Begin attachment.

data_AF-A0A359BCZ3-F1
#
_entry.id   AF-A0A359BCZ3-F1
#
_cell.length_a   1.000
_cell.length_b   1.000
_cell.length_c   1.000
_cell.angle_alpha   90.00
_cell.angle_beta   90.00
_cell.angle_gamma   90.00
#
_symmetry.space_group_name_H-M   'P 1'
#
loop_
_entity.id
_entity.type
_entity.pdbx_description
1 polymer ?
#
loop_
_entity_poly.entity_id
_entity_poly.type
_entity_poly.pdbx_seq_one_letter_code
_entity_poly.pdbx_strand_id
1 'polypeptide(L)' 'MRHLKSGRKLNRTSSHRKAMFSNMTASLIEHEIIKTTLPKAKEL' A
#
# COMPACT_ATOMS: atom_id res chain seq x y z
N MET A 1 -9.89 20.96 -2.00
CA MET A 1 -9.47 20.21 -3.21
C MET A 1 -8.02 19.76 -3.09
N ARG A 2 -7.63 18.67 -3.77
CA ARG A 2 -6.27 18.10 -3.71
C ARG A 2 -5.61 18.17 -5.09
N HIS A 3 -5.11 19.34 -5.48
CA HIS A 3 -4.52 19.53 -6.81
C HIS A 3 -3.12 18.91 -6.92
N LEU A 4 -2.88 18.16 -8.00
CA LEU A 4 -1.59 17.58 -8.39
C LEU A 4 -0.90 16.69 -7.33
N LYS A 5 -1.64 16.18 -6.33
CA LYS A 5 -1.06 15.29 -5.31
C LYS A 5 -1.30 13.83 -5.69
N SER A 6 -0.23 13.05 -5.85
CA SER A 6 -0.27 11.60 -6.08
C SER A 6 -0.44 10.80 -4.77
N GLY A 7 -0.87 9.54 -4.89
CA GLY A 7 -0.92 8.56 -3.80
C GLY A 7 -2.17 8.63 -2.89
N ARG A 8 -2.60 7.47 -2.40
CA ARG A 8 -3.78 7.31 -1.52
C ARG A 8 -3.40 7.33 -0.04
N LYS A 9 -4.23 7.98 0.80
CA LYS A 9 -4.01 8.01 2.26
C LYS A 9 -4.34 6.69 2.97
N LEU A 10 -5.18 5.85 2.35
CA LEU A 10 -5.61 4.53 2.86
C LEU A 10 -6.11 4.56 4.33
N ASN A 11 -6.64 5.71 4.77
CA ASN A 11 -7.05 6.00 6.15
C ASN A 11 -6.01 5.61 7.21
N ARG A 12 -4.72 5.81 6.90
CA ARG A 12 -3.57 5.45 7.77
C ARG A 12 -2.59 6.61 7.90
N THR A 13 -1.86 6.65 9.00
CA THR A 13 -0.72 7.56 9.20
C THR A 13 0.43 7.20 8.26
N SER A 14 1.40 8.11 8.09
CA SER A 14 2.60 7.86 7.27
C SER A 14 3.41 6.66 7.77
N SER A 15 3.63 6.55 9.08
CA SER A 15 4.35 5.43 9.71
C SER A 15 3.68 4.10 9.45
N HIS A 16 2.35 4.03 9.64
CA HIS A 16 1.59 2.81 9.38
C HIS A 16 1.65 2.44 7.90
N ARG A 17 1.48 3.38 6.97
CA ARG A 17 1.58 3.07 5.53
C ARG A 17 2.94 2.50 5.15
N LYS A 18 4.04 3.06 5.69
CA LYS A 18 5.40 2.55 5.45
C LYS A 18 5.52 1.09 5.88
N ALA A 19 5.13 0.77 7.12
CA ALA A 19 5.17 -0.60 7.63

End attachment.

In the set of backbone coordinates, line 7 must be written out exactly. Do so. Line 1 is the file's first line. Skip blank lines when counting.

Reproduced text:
_cell.length_c   1.000